Expectations were that the Angels would make a splashy addition to their rotation during the offseason. That didn’t happen. They did, however, reel in premier position player Anthony Rendon and one of the game’s most respected managers in Joe Maddon. A decades-long Angels employee before he went on to manage the Rays and Cubs to great success, Maddon’s taking over for Brad Ausmus, who lasted just one season as the club’s skipper.
Major League Signings
- Anthony Rendon, 3B: Seven years, $245MM
- Julio Teheran, RHP: One year, $9MM
- Jason Castro, C: One year, $6.85MM
- Total spend: $260.85MM
Trades and Claims
- Acquired RHP Dylan Bundy from Orioles for RHPs Isaac Mattson, Zach Peek, Kyle Bradish and Kyle Brnovich
- Acquired LHP Garrett Williams and cash considerations from Giants for INF Zack Cozart and SS Will Wilson
- Acquired RHP Matt Andriese from Diamondbacks for RHP Jeremy Beasley
- Acquired RHP Kyle Keller from Marlins for C Jose Estrada
- Acquired RHP Parker Markel from Pirates for cash considerations
- Claimed RHP Mike Mayers from Cardinals
- Claimed LHP Jose Quijada from Marlins
Notable Minor League Signings
- Cozart, Wilson, Kole Calhoun, Trevor Cahill, Justin Bour, Luis Garcia, Kevan Smith, Nick Tropeano, Adalberto Mejia, Kaleb Cowart, Miguel Del Pozo, Kean Wong, Jake Jewell, Luis Madero
Few teams possessed worse starting staffs than the Angels in 2019. They ranked dead last in fWAR (3.2) and second from the bottom in both ERA (5.64) and FIP (5.41). None of their starters even touched the 100-inning mark. The team endured an unthinkable tragedy when left-hander Tyler Skaggs passed away last July.
The Angels had no choice but to carry on without Skaggs, which meant trying to upgrade their rotation over the winter. They were connected to the top free-agent arms available (Gerrit Cole, Stephen Strasburg and Zack Wheeler) and high-end trade targets such as the Indians’ Corey Kluber and Carlos Carrasco. Ultimately, despite a reported $300MM offer to Cole, the Angels did not emerge with him or any of the other aforementioned starters. But they at least came away with a couple durable back-end types, trading for Dylan Bundy of the Orioles and signing ex-Brave Julio Teheran. They’re not flashy, but the two have shown an ability to competently chew up innings, which matters for a team that couldn’t find anyone to do that a season ago. Bundy has thrown 160-plus innings three seasons in a row, while Teheran has seven straight seasons of 170-plus frames under his belt.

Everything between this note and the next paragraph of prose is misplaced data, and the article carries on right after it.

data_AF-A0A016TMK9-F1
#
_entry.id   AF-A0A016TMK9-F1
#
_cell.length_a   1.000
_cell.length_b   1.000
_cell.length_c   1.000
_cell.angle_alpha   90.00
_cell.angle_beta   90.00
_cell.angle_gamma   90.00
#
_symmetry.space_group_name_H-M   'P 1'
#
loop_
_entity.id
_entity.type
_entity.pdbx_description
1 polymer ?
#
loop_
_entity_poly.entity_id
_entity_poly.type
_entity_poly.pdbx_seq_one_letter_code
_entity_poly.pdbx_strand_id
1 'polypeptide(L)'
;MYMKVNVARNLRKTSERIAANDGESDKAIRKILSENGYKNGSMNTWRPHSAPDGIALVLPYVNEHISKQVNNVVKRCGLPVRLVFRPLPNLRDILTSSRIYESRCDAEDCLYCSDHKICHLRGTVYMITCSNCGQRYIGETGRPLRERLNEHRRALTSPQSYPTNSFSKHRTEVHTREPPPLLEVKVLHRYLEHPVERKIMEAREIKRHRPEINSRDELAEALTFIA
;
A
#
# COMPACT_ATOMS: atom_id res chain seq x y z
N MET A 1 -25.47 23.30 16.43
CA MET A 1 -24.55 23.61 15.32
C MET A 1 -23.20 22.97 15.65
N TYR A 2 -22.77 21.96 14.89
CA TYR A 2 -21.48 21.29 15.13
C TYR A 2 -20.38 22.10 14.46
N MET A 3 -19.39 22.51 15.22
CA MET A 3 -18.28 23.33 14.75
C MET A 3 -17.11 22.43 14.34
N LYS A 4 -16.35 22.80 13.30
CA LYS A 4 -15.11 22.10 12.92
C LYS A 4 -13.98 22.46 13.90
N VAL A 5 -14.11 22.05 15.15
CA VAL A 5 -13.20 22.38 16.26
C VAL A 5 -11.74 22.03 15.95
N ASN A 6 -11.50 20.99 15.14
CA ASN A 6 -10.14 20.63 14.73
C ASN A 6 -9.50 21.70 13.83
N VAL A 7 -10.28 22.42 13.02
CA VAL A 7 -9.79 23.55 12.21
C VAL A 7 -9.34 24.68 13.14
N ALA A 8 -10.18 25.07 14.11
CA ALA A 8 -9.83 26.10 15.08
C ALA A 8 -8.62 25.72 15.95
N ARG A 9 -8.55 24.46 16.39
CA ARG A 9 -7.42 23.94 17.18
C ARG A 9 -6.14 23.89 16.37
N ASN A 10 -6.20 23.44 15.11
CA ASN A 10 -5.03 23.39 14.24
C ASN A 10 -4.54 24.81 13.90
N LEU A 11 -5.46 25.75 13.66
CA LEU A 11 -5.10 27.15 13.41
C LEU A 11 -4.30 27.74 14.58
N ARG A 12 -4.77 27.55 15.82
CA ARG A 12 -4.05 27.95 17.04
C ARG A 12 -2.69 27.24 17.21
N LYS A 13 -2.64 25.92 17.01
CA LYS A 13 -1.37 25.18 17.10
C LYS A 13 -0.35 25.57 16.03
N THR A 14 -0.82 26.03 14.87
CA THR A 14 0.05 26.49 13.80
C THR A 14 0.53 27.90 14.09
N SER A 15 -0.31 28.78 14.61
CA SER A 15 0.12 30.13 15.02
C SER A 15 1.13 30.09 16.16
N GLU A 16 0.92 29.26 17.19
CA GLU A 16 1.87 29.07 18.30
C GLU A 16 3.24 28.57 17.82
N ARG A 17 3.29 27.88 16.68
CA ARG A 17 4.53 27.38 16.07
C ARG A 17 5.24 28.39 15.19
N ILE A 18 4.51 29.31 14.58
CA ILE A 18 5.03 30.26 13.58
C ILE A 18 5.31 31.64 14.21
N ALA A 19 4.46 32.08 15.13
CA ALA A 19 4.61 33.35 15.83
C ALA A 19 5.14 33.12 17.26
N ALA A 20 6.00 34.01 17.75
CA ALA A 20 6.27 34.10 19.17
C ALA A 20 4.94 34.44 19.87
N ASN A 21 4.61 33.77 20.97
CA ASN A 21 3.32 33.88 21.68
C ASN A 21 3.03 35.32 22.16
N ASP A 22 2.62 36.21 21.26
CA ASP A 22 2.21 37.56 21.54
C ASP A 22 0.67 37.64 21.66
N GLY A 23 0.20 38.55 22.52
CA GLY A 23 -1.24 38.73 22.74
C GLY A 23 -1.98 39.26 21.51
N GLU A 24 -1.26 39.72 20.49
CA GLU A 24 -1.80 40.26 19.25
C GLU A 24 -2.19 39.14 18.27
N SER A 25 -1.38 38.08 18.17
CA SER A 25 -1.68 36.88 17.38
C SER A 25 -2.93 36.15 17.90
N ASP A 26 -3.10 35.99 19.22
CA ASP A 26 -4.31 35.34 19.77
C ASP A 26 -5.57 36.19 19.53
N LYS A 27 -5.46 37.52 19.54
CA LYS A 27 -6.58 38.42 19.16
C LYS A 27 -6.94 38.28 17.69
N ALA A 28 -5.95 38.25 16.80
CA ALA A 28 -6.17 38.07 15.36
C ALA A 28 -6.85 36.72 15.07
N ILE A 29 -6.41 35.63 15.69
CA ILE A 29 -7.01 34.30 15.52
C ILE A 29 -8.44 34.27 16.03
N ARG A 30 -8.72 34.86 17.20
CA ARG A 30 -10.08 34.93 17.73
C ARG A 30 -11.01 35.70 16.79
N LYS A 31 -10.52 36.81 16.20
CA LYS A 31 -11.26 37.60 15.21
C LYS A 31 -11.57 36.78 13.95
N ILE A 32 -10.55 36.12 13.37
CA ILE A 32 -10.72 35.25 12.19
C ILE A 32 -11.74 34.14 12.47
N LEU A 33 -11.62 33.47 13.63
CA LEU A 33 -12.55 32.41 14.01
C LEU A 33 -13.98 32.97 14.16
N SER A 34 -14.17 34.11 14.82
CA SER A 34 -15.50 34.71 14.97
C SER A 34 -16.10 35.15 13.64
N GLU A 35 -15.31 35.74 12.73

Although Bundy and Teheran make for welcome additions, the Angels could still open the season with an underwhelming group of starters. Part of that depends on when the season actually begins, though, with the coronavirus perhaps delaying it until June or later. Had the year begun on time, the Angels would not have had either Shohei Ohtani or Griffin Canning among their starting options. As of early February, Ohtani – continuing to work back from the Tommy John surgery he underwent in October 2018 – was targeting a mid-May return to pitching. Canning received “biological injections” in his elbow two weeks ago, and his 2020 outlook isn’t clear at this point.
Even having just one of Ohtan or Canning (especially Ohtani) available when the season commences would change the complexion of the Angels’ rotation. Otherwise, they may not field a particularly appealing or deep unit after Bundy, Teheran and Andrew Heaney. The rest of their healthy 40-man possibilities include Matt Andriese, Jaime Barria, Patrick Sandoval, Dillon Peters and Jose Suarez. Andriese spent all of last season as a reliever in Arizona, where he struggled; Barria and Sandoval have promise, but neither had success in the majors in 2019; and Peters and Suarez posted brutal numbers.
Luckily for the Halos, their lineup has the potential to terrorize opposing pitchers. The floor was already reasonably high with the best player in the world, center fielder Mike Trout, as well as Ohtani leading the way. They’ll now be joined by Rendon, a superstar third baseman whom the Angels signed to a seven-year, $245MM contract after he helped the Nationals to a World Series title last season.
The Rendon acquisition came after the Angels rid themselves of pricey, oft-injured infielder Zack Cozart, whom they essentially had to bribe the Giants to take. Getting his $12MM-plus salary for this season off the books cost the Angels a quality prospect in shortstop Will Wilson, a first-round pick from last June whom the Halos had to send to San Francisco in order to convince the Giants to take Cozart.